I remember taking my sisters to see the Disney film of Mary Poppins in 1964. It was a similar scene, awash in kids, at the Aronoff Center for the touring production of Disney’s reinvention of the film as a stage musical.
I have fond memories of the film and its tuneful score. Kids seeing the stage production will enjoy it, too, although this show strikes me as more overstuffed than Mary’s magical carpetbag. After almost three hours — concluded with one more frenetic rendition of the hyper-choreographed “Supercalifragilisticexpiaalidocioius” — many of the children in the audience were asleep or whining to go home.
That’s not to say the show lacks entertaining moments. In truth, there are simply too many.
Mary Poppins uses eye candy, clowning and fancy dancing to retell the whimsical tale of the starchy nanny (Caroline Sheen) who’s “Practically Perfect,” her antic friend Bert the chimney sweep (Gavin Lee) and precocious Jane and Michael Banks (Kelsey Fowler and Carter Thomas), the neglected, troublesome children of a workaholic London banker.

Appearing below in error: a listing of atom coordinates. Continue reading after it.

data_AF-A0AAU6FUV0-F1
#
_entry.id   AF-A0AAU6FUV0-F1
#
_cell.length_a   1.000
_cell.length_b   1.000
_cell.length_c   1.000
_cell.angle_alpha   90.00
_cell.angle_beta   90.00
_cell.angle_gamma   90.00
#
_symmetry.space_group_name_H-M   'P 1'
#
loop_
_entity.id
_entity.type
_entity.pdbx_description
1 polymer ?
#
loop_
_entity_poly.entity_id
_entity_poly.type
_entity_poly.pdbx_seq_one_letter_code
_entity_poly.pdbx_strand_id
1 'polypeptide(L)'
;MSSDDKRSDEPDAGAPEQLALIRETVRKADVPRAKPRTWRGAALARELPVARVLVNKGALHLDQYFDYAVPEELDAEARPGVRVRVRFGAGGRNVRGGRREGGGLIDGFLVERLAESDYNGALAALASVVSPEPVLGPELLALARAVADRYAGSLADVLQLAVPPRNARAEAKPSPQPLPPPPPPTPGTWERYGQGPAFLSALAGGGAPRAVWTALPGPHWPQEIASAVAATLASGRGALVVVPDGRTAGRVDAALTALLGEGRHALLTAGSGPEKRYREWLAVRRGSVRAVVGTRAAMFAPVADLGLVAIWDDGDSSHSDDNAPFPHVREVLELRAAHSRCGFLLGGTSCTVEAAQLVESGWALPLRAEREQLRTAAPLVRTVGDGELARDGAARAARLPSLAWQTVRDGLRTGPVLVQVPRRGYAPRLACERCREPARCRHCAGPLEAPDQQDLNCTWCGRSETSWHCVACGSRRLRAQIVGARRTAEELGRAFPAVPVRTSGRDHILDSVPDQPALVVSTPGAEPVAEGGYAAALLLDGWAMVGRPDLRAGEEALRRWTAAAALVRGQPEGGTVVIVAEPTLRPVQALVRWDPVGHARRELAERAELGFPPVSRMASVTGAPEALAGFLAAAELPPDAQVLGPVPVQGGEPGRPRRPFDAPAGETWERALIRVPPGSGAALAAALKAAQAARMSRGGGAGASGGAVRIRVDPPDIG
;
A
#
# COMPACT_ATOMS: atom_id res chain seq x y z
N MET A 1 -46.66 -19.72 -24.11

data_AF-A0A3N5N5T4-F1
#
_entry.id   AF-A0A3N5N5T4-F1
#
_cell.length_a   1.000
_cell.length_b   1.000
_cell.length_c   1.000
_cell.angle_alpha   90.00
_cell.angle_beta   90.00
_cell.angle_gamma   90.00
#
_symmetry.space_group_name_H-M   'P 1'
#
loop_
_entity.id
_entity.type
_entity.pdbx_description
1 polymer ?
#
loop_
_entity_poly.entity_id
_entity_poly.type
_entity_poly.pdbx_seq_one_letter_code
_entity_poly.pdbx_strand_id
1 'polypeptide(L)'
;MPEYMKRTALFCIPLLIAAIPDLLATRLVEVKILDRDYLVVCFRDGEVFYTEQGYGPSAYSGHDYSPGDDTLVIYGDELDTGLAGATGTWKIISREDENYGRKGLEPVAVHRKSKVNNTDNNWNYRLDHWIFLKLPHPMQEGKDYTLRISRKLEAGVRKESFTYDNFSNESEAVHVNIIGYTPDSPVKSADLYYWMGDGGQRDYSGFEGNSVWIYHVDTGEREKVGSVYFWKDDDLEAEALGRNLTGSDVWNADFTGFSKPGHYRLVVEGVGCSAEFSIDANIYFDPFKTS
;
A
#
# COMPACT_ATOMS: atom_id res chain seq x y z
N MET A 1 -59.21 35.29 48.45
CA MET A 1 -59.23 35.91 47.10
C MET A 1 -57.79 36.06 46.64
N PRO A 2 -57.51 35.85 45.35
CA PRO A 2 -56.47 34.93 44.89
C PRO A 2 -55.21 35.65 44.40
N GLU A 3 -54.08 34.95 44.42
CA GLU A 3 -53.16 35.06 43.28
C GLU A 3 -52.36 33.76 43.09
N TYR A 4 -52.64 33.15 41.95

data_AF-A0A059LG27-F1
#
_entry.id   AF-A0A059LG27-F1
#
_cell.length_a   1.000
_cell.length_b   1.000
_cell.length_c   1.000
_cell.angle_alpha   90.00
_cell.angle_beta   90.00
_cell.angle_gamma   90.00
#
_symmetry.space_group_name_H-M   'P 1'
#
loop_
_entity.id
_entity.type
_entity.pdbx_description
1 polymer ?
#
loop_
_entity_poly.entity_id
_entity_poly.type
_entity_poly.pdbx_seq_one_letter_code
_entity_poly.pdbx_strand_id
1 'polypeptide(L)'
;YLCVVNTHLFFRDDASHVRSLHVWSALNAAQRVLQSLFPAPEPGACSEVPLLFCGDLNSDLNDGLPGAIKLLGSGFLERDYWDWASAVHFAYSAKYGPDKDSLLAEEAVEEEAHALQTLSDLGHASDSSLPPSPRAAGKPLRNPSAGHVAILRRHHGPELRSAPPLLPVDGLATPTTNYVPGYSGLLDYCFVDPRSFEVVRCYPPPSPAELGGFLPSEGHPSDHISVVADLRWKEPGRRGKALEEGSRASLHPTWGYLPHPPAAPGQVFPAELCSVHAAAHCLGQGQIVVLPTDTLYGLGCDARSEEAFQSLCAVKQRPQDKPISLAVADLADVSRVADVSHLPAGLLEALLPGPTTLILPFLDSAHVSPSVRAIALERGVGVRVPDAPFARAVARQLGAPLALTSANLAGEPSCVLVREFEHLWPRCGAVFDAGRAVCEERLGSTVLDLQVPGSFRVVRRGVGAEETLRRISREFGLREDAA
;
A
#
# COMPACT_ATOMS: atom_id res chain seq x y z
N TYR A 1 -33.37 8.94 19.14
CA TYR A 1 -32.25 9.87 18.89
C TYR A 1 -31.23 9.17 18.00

A few too many subplots clog the storytelling — a crusty housekeeper and a clumsy butler provide physical comedy, and the return of Mr. Banks’ own horrifying nanny is both scary and unnecessary.
There are wonderful magical effects including statues that come to life, Bert’s tap dance up one side of the stage proscenium, across the top and down the opposite side and Mary’s aerial arrivals and departures. The show’s visuals are excellent — numerous costumes (chorus members are constantly changing) and scenery that suddenly glows in Technicolor, glitters and magically changes, all designed by Bob Crowley.
A sprightly orchestra, conducted by James Dodgson, keeps the tempo high. Still, the evening would really be improved if we could simply pack an hour’s worth of this bloated feast into Mary’s carpetbag and let it fly away.
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